Costume play celebrity is all dressed up with plenty of places to go
Kit Quinn wipes away the sweat below her faux-ruby-encrusted tiara as she makes her way by foot to Anime Expo, an annual mecca of sorts for anime and manga lovers. It’s been two years since she’s been there, and she’s surprised by the hordes of people at the Los Angeles Convention Center.
Her raven black hair and fair skin, coupled with a red and white schoolgirl uniform, elbow-length gloves and red pumps, make her a near-perfect doppelganger of the wildly popular anime character Sailor Mars. Quinn draws attention before she even makes it through the door.
“She’s definitely one of the best,” Jon Racasa, a cosplay photographer, said of Quinn. “You always want to stop and take her photo.”
Cosplay, or costumed play, is when people dress up as their favorite anime, comic book, movie or video game character, typically at special-interest conventions.
At 23, Quinn finds it weird that people know her name, let alone want to take photos with her. She doesn’t ever go to a convention thinking she’ll be noticed, not even at Anime Expo earlier this month, or as she was headed to San Diego for mid-July’s Comic-Con.
Cosplaying is more of a way to connect with people united in “mutual nerd admiration” of their favorite superhero or cartoon character, Quinn said. It’s the idea of tapping into her creative side to make a costume and meeting with friends from across the country she only sees at these events. Sometimes she’ll go to a panel, but mostly she’ll walk around, take pictures and hang out.
Nevertheless, in the world of cosplayers, she’s become a minor celebrity — enough so that she goes by the pseudonym Kit Quinn to separate her personal life from her anime life. She also gets stopped by strangers who recognize her from the Internet and has been approached by four production companies about being on a reality TV show, she said.
None of this should be a surprise, considering that Quinn — who does not want her real name published — has been a force at conventions since 2007, has served on discussion panels and has been a guest judge for costume contests.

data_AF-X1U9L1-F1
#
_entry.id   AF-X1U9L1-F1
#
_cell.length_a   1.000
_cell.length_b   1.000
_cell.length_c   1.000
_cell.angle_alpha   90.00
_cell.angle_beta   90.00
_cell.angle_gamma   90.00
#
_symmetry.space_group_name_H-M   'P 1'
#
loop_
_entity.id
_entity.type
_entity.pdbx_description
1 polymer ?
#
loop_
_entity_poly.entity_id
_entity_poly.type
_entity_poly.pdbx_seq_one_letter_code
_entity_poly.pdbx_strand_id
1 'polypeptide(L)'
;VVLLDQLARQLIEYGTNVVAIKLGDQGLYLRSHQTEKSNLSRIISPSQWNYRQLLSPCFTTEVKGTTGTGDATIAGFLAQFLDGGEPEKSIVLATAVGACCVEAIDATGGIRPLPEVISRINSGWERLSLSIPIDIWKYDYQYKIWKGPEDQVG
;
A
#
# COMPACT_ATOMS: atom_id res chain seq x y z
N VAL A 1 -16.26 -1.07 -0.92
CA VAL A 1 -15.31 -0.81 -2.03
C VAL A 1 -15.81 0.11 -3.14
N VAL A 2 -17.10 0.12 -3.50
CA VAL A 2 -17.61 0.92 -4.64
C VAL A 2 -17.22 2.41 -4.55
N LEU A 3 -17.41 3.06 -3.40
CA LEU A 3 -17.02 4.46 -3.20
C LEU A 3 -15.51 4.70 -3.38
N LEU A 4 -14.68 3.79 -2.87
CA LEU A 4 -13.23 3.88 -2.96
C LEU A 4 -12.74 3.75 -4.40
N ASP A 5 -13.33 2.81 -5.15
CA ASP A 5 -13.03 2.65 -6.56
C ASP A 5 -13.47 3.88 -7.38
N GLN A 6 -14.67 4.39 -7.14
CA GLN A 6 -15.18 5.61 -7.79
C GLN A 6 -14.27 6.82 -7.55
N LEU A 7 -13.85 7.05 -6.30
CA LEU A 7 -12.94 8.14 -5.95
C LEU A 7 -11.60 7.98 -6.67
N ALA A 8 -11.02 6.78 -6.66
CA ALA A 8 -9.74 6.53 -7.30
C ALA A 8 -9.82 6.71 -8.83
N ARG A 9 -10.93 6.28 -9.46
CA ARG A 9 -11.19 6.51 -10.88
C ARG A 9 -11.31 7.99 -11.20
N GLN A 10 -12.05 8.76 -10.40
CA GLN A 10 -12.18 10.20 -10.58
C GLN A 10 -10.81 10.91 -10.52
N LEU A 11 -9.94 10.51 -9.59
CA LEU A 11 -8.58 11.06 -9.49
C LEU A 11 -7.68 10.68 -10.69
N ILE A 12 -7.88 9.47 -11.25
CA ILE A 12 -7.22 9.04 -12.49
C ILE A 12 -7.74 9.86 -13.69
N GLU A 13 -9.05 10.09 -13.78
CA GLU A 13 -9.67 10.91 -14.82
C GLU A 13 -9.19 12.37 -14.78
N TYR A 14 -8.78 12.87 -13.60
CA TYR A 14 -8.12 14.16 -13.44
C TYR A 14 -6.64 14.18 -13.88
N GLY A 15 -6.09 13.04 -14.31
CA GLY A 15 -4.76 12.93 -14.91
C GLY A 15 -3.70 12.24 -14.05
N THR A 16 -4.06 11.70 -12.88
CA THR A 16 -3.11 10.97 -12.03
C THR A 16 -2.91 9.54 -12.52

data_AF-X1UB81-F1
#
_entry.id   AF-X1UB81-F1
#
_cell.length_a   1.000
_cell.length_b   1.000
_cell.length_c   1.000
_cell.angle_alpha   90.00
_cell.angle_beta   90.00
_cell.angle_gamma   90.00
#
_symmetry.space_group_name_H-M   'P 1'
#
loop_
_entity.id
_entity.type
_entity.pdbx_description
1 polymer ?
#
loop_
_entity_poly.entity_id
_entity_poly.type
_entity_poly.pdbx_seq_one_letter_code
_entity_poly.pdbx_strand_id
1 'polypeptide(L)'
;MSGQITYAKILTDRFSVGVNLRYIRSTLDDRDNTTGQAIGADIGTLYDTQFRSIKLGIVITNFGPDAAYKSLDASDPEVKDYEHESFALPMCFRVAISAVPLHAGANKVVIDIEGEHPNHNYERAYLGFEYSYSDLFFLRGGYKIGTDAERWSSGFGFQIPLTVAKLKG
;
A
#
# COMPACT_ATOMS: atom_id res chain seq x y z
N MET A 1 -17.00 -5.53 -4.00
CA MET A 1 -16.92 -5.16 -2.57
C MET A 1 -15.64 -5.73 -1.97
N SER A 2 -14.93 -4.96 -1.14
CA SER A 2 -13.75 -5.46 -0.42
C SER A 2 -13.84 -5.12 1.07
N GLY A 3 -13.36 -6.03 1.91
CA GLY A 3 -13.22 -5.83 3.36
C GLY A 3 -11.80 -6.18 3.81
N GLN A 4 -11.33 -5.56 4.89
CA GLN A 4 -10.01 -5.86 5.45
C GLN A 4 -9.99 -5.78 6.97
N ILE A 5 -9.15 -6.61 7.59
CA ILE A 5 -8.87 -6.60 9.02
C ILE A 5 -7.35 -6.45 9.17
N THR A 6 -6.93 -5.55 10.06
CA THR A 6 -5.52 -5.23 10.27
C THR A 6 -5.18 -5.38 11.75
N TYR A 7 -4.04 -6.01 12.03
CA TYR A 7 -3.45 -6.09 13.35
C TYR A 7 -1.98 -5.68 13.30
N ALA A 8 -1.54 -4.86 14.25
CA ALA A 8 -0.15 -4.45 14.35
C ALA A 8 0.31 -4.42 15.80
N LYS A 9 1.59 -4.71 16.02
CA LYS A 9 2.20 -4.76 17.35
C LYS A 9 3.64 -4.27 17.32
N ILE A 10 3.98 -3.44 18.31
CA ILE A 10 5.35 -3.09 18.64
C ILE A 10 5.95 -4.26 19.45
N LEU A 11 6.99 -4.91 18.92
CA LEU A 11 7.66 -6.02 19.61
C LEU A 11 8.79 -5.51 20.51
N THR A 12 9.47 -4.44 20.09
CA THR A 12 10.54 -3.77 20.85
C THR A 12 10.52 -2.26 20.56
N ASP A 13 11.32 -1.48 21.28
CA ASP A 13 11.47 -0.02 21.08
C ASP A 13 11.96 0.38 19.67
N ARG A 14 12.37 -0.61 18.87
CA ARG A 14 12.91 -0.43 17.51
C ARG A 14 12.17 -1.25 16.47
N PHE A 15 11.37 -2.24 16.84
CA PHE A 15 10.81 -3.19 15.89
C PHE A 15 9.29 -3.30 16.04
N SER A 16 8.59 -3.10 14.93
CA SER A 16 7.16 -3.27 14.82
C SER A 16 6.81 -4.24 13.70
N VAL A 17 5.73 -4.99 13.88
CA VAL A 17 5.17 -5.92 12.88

The Wednesday before Anime Expo opened, Quinn is rummaging through L.A.'s fashion district for a particular shade of green and sheer gold fabrics for finishing touches on a few costumes. Her best friend and fellow cosplayer Tallest Silver, also a pseudonym, calls. They have only a few hours before their meeting with a reality TV production company.
“If you want to walk down to the Metro station, I can pick you up there and we can continue onto adventure!” Quinn said.
It was Silver who invited Quinn to her first Comic-Con the summer after their freshman year of college. But they’ve known each other since the seventh grade. A shared love of comic books and dressing up made them natural roommates.
In their North Hollywood apartment — or “Hall of Justice,” as Quinn affectionately calls it — comic books are scattered on the coffee table, and three costumes in need of upgrades hang on a rack in the corner of the dining room. In her bedroom, shoe boxes of old costumes are stuffed in the closet.
She’s worn everything from Disney’s Cheshire Cat and Snow White to gender-reversed Superma’am. Out of about a dozen costumes, she’s made all but one: a metal bikini for Slave Leia, which required special materials.
Quinn said she began getting a lot of attention at the 2009 Comic-Con. That’s when her first fan tapped her on the shoulder, saying he recognized her from cosplay photos on the Internet.
It’s “still weird being talked to by people you don’t know, but they know you,” Quinn said. “It’s not a bad thing. It’s not their fault, but it’s still weird.”
At the end of the day, cosplaying remains a hobby, something she does on the weekend. It’s opened up a few opportunities, but it doesn’t pay the bills. During the week, she works odd jobs to pay the rent. Her dream job, she said, is to do voice-overs.
Sometimes she wishes she could go back to the days when it didn’t take her an hour to wade through photographers, but she knows that cosplaying is now a part of who she is.
“I cannot allow myself to count how many times someone recognizes me and let it matter. Can’t do it. A lot of times it’s cluttered up with friends, like people I actually know, and are just saying, ‘Hi,’ ” Quinn said. “It’s hard to distinguish, and I think that’s a really good thing.”
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